When Donald Trump pulled out of the Joint Comprehensive Plan of Action (JCPOA), he claimed that Iran had “committed multiple violations of the agreement.” Trump argued that the JCPOA was such a bad deal “that even if Iran fully complies, the regime can still be on the verge of a nuclear breakout in just a short period of time” and argued that if If “we do nothing, we know exactly what will happen…. the world’s leading state sponsor of terror will be on the cusp of acquiring the world’s most dangerous weapons.”
In place of the JCPOA, the Trump administration opted for a policy of “maximum pressure” which proved a spectacular failure. The Biden administration sought to put the deal back together again, but the various parties have not been able to reach an agreement.
So how are things going?
The UN nuclear watchdog has confirmed Iran is enriching uranium to 60% at a second plant, amid the breakdown of the nuclear deal with major powers.
The International Atomic Energy Agency (IAEA) said on Tuesday that Iran was also planning a massive expansion of its enrichment capacity.
Iran said earlier on Tuesday that it had started to enrich uranium to 60% at the Fordo site, having already done so at its above-ground pilot plant at Natanz for more than a year.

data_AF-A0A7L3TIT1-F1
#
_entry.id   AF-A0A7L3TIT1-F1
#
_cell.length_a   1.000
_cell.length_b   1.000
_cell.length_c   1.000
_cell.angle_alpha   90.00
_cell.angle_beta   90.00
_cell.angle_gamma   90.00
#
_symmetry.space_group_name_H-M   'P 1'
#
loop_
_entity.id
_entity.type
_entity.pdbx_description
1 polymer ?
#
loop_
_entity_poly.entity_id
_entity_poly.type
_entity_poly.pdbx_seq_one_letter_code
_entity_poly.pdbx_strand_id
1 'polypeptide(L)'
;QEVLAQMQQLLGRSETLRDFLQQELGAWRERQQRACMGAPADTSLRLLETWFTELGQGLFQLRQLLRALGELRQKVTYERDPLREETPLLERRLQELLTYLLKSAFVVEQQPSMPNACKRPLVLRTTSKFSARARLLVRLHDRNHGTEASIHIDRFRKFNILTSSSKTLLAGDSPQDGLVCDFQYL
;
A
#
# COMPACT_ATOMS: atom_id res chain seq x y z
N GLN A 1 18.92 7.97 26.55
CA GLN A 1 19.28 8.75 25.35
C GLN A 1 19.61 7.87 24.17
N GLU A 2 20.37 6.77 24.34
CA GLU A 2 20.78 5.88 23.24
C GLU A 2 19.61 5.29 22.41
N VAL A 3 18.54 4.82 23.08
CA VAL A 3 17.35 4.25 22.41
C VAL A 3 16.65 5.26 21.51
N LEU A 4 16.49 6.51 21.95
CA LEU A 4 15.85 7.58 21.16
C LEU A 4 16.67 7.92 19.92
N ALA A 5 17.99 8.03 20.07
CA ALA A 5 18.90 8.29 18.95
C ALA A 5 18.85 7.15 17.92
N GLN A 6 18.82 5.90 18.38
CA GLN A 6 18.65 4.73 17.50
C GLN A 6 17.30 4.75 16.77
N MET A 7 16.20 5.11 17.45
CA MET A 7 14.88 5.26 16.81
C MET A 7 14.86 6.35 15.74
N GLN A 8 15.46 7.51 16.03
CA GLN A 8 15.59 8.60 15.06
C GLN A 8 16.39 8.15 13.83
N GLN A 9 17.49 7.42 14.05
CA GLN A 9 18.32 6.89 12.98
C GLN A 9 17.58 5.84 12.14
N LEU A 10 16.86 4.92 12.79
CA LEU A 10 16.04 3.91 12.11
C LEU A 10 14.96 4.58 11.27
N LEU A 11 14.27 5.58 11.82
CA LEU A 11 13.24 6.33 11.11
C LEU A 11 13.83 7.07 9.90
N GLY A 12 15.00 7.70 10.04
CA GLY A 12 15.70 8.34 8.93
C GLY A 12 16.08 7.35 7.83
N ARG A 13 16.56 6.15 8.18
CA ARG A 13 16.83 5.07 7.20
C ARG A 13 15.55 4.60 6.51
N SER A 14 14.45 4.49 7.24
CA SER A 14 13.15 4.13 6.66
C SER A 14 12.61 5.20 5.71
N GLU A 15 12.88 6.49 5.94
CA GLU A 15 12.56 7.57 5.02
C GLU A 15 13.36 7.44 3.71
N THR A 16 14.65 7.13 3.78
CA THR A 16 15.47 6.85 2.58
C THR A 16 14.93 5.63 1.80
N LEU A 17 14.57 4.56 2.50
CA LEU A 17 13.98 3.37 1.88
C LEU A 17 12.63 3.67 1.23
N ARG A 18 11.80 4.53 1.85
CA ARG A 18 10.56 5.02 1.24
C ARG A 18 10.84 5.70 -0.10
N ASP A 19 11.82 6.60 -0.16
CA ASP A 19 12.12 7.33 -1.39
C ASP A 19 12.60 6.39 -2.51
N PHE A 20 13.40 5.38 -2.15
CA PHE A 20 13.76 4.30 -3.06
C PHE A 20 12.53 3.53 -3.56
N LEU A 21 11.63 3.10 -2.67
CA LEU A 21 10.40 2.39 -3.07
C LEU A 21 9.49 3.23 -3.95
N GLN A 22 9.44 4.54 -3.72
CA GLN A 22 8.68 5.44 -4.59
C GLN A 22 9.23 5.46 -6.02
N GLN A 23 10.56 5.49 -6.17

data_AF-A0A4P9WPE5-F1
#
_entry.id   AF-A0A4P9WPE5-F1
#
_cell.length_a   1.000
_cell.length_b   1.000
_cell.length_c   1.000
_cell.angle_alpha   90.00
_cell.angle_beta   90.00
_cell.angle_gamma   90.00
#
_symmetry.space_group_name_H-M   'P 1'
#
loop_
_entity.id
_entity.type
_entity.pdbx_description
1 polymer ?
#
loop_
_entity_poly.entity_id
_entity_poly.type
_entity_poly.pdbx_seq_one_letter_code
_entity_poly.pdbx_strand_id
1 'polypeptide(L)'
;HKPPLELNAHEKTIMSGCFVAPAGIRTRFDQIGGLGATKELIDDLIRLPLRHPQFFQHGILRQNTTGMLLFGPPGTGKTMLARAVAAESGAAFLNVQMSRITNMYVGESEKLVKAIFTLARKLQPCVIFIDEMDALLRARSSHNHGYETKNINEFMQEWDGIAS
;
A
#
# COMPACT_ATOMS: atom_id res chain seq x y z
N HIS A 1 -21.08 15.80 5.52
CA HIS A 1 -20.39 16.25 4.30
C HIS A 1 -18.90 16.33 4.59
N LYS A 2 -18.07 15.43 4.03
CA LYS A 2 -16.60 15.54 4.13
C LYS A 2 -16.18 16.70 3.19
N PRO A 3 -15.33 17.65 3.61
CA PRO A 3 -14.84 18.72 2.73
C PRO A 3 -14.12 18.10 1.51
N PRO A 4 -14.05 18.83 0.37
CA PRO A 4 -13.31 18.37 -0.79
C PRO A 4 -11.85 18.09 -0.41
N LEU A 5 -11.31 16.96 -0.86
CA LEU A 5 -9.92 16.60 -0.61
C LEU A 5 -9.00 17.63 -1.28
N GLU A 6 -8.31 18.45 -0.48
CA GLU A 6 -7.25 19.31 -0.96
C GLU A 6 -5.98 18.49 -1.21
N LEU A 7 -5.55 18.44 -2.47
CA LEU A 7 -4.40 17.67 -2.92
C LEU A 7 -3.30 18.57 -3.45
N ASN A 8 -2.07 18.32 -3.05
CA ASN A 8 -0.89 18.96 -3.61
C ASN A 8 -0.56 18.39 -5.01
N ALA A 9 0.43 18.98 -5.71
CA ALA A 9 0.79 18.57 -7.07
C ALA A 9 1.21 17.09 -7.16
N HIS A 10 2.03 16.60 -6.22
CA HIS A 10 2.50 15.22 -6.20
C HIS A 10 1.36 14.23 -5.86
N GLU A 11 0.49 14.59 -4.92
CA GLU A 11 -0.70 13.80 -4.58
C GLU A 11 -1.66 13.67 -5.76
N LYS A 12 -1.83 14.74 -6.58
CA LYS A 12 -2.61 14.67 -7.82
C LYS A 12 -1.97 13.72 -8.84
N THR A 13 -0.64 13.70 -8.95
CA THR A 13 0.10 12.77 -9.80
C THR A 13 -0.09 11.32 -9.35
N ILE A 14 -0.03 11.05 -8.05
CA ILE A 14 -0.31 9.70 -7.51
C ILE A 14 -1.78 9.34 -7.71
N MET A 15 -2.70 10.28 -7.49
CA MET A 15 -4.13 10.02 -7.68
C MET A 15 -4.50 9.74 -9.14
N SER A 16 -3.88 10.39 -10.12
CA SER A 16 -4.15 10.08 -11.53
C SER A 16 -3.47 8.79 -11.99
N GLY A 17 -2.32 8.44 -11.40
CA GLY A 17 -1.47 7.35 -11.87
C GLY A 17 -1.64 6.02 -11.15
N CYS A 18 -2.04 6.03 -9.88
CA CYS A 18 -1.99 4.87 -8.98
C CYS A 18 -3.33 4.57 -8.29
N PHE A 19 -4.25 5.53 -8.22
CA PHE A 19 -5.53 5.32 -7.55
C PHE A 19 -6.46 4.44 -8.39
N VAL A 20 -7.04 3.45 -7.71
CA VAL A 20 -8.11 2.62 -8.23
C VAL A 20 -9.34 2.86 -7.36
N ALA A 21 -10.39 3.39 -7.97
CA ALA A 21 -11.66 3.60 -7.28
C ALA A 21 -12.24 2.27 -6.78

The increased enrichment was seen as a significant addition to its nuclear programme. Enrichment to 60% purity is one short technical step away from weapons grade, 90%. Nonproliferation experts have warned in recent months that Iran has enough 60% enriched uranium to reprocess into fuel for at least one nuclear bomb.
What about the possibility of a compromise in the immediate future?
Yet western diplomats in Tehran say sitting at the negotiating table with Iran has become next to impossible if the Islamic republic continues to violently suppress large anti-regime demonstrations. At least 305 protesters, including 41 children, have been killed during the protests, Amnesty International has said. “We’re not close to getting a diplomatic path here. We still would vastly prefer that. But we are just too far apart,” Kirby said, adding that the current focus was on the way Iran was “treating their own citizens, peaceful protesters, which continue to come under violent attack by the regime”. Western governments fear a revival of the nuclear deal now could strengthen the hand of Tehran’s leadership, diplomats said, as it would include unfreezing billions of dollars of Iran’s assets overseas.
The terms of the JCPOA were so favorable to the U.S. that multiple nonproliferation experts in my orbit concluded that Iran wasn’t really interested in developing nuclear weapons. Trump ripped it up, in no small measure, because he hated having to routinely affirm a deal struck my his predecessor — and its made the world a more dangerous place.